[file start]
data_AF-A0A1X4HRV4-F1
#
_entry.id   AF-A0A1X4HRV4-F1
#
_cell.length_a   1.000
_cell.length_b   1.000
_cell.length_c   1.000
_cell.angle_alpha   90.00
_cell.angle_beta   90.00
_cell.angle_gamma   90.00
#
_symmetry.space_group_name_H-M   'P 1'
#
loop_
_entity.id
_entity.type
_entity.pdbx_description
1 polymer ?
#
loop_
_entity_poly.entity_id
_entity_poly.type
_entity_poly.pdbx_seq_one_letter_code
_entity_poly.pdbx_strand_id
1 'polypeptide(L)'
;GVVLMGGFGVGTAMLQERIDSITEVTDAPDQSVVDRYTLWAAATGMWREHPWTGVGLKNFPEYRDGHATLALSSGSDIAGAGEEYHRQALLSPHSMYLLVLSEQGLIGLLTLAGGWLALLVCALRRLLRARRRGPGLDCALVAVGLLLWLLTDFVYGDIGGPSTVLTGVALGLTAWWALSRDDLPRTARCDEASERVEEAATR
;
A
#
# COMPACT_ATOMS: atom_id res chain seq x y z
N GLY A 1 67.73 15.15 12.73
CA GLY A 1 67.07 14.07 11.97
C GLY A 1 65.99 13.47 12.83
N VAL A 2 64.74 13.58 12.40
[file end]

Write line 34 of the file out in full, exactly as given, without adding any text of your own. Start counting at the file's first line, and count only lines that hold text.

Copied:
N VAL A 2 64.74 13.58 12.40